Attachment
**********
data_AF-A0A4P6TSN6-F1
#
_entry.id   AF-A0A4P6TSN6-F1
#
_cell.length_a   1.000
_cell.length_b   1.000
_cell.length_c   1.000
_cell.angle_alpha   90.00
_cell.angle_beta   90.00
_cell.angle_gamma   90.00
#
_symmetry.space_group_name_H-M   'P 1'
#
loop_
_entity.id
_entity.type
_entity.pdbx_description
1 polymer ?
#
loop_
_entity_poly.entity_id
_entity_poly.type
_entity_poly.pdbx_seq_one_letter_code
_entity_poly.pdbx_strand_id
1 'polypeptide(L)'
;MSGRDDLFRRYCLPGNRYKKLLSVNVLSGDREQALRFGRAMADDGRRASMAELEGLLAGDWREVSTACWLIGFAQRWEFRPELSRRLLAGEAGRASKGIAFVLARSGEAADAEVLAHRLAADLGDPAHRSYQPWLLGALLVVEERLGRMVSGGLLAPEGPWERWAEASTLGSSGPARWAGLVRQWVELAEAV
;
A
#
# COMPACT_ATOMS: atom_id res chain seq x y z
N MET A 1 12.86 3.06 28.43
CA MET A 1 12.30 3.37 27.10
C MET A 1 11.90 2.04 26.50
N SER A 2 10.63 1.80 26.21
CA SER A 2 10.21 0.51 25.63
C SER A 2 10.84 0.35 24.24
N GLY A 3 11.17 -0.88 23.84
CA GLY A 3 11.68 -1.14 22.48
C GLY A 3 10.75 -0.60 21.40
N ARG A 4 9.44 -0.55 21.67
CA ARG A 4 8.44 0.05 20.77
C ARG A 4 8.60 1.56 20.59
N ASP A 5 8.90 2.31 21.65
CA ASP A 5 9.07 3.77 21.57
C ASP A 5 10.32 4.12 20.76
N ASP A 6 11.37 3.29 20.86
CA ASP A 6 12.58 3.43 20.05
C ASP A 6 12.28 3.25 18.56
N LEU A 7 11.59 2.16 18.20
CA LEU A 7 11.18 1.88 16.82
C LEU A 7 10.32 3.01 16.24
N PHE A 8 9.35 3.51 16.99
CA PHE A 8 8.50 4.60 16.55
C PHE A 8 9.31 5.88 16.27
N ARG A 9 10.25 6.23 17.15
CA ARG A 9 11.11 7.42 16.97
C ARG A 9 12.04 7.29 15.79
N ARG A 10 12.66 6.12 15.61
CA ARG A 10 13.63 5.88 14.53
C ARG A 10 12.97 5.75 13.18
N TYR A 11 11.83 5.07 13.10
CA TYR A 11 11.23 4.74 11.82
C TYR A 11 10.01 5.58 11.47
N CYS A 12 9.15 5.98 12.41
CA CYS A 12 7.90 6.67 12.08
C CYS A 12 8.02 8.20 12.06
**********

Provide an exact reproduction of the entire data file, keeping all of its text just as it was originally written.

data_AF-A0A4P6TSN6-F1
#
_entry.id   AF-A0A4P6TSN6-F1
#
_cell.length_a   1.000
_cell.length_b   1.000
_cell.length_c   1.000
_cell.angle_alpha   90.00
_cell.angle_beta   90.00
_cell.angle_gamma   90.00
#
_symmetry.space_group_name_H-M   'P 1'
#
loop_
_entity.id
_entity.type
_entity.pdbx_description
1 polymer ?
#
loop_
_entity_poly.entity_id
_entity_poly.type
_entity_poly.pdbx_seq_one_letter_code
_entity_poly.pdbx_strand_id
1 'polypeptide(L)'
;MSGRDDLFRRYCLPGNRYKKLLSVNVLSGDREQALRFGRAMADDGRRASMAELEGLLAGDWREVSTACWLIGFAQRWEFRPELSRRLLAGEAGRASKGIAFVLARSGEAADAEVLAHRLAADLGDPAHRSYQPWLLGALLVVEERLGRMVSGGLLAPEGPWERWAEASTLGSSGPARWAGLVRQWVELAEAV
;
A
#
# COMPACT_ATOMS: atom_id res chain seq x y z
N MET A 1 12.86 3.06 28.43
CA MET A 1 12.30 3.37 27.10
C MET A 1 11.90 2.04 26.50
N SER A 2 10.63 1.80 26.21
CA SER A 2 10.21 0.51 25.63
C SER A 2 10.84 0.35 24.24
N GLY A 3 11.17 -0.88 23.84
CA GLY A 3 11.68 -1.14 22.48
C GLY A 3 10.75 -0.60 21.40
N ARG A 4 9.44 -0.55 21.67
CA ARG A 4 8.44 0.05 20.77
C ARG A 4 8.60 1.56 20.59
N ASP A 5 8.90 2.31 21.65
CA ASP A 5 9.07 3.77 21.57
C ASP A 5 10.32 4.12 20.76
N ASP A 6 11.37 3.29 20.86
CA ASP A 6 12.58 3.43 20.05
C ASP A 6 12.28 3.25 18.56
N LEU A 7 11.59 2.16 18.20
CA LEU A 7 11.18 1.88 16.82
C LEU A 7 10.32 3.01 16.24
N PHE A 8 9.35 3.51 16.99
CA PHE A 8 8.50 4.60 16.55
C PHE A 8 9.31 5.88 16.27
N ARG A 9 10.25 6.23 17.15
CA ARG A 9 11.11 7.42 16.97
C ARG A 9 12.04 7.29 15.79
N ARG A 10 12.66 6.12 15.61
CA ARG A 10 13.63 5.88 14.53
C ARG A 10 12.97 5.75 13.18
N TYR A 11 11.83 5.07 13.10
CA TYR A 11 11.23 4.74 11.82
C TYR A 11 10.01 5.58 11.47
N CYS A 12 9.15 5.98 12.41
CA CYS A 12 7.90 6.67 12.08
C CYS A 12 8.02 8.20 12.06